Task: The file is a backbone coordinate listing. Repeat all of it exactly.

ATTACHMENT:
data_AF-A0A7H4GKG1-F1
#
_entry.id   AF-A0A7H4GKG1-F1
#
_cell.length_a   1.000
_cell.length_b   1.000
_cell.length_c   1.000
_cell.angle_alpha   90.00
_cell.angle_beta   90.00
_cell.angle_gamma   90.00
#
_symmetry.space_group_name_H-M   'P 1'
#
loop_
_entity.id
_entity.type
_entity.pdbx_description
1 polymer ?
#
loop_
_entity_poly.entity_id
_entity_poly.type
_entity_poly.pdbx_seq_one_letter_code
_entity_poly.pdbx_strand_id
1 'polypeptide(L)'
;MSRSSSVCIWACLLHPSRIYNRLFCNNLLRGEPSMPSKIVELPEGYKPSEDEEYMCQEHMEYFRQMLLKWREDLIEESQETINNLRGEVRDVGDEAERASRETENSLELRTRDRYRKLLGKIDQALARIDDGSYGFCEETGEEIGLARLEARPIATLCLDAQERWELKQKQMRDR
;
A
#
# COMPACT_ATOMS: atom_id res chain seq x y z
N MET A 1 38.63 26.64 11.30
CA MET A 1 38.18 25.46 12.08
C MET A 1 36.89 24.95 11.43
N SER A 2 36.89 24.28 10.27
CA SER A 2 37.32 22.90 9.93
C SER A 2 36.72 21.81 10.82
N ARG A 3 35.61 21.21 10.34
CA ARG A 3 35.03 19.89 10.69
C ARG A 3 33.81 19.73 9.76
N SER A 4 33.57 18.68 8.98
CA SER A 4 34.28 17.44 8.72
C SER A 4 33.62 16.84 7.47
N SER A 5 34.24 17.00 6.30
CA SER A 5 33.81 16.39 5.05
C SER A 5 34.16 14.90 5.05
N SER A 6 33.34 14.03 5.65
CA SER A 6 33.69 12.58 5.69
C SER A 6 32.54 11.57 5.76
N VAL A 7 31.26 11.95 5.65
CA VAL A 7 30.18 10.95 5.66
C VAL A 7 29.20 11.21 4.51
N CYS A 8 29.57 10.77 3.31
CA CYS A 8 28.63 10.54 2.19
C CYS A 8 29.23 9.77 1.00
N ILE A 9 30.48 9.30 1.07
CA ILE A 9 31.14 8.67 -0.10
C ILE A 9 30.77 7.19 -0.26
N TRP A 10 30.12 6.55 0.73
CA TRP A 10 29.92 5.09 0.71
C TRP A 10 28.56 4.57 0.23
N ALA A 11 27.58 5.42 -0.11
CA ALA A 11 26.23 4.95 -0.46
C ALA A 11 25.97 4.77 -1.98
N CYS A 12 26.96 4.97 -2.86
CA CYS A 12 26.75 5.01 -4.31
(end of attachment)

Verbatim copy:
data_AF-A0A7H4GKG1-F1
#
_entry.id   AF-A0A7H4GKG1-F1
#
_cell.length_a   1.000
_cell.length_b   1.000
_cell.length_c   1.000
_cell.angle_alpha   90.00
_cell.angle_beta   90.00
_cell.angle_gamma   90.00
#
_symmetry.space_group_name_H-M   'P 1'
#
loop_
_entity.id
_entity.type
_entity.pdbx_description
1 polymer ?
#
loop_
_entity_poly.entity_id
_entity_poly.type
_entity_poly.pdbx_seq_one_letter_code
_entity_poly.pdbx_strand_id
1 'polypeptide(L)'
;MSRSSSVCIWACLLHPSRIYNRLFCNNLLRGEPSMPSKIVELPEGYKPSEDEEYMCQEHMEYFRQMLLKWREDLIEESQETINNLRGEVRDVGDEAERASRETENSLELRTRDRYRKLLGKIDQALARIDDGSYGFCEETGEEIGLARLEARPIATLCLDAQERWELKQKQMRDR
;
A
#
# COMPACT_ATOMS: atom_id res chain seq x y z
N MET A 1 38.63 26.64 11.30
CA MET A 1 38.18 25.46 12.08
C MET A 1 36.89 24.95 11.43
N SER A 2 36.89 24.28 10.27
CA SER A 2 37.32 22.90 9.93
C SER A 2 36.72 21.81 10.82
N ARG A 3 35.61 21.21 10.34
CA ARG A 3 35.03 19.89 10.69
C ARG A 3 33.81 19.73 9.76
N SER A 4 33.57 18.68 8.98
CA SER A 4 34.28 17.44 8.72
C SER A 4 33.62 16.84 7.47
N SER A 5 34.24 17.00 6.30
CA SER A 5 33.81 16.39 5.05
C SER A 5 34.16 14.90 5.05
N SER A 6 33.34 14.03 5.65
CA SER A 6 33.69 12.58 5.69
C SER A 6 32.54 11.57 5.76
N VAL A 7 31.26 11.95 5.65
CA VAL A 7 30.18 10.95 5.66
C VAL A 7 29.20 11.21 4.51
N CYS A 8 29.57 10.77 3.31
CA CYS A 8 28.63 10.54 2.19
C CYS A 8 29.23 9.77 1.00
N ILE A 9 30.48 9.30 1.07
CA ILE A 9 31.14 8.67 -0.10
C ILE A 9 30.77 7.19 -0.26
N TRP A 10 30.12 6.55 0.73
CA TRP A 10 29.92 5.09 0.71
C TRP A 10 28.56 4.57 0.23
N ALA A 11 27.58 5.42 -0.11
CA ALA A 11 26.23 4.95 -0.46
C ALA A 11 25.97 4.77 -1.98
N CYS A 12 26.96 4.97 -2.86
CA CYS A 12 26.75 5.01 -4.31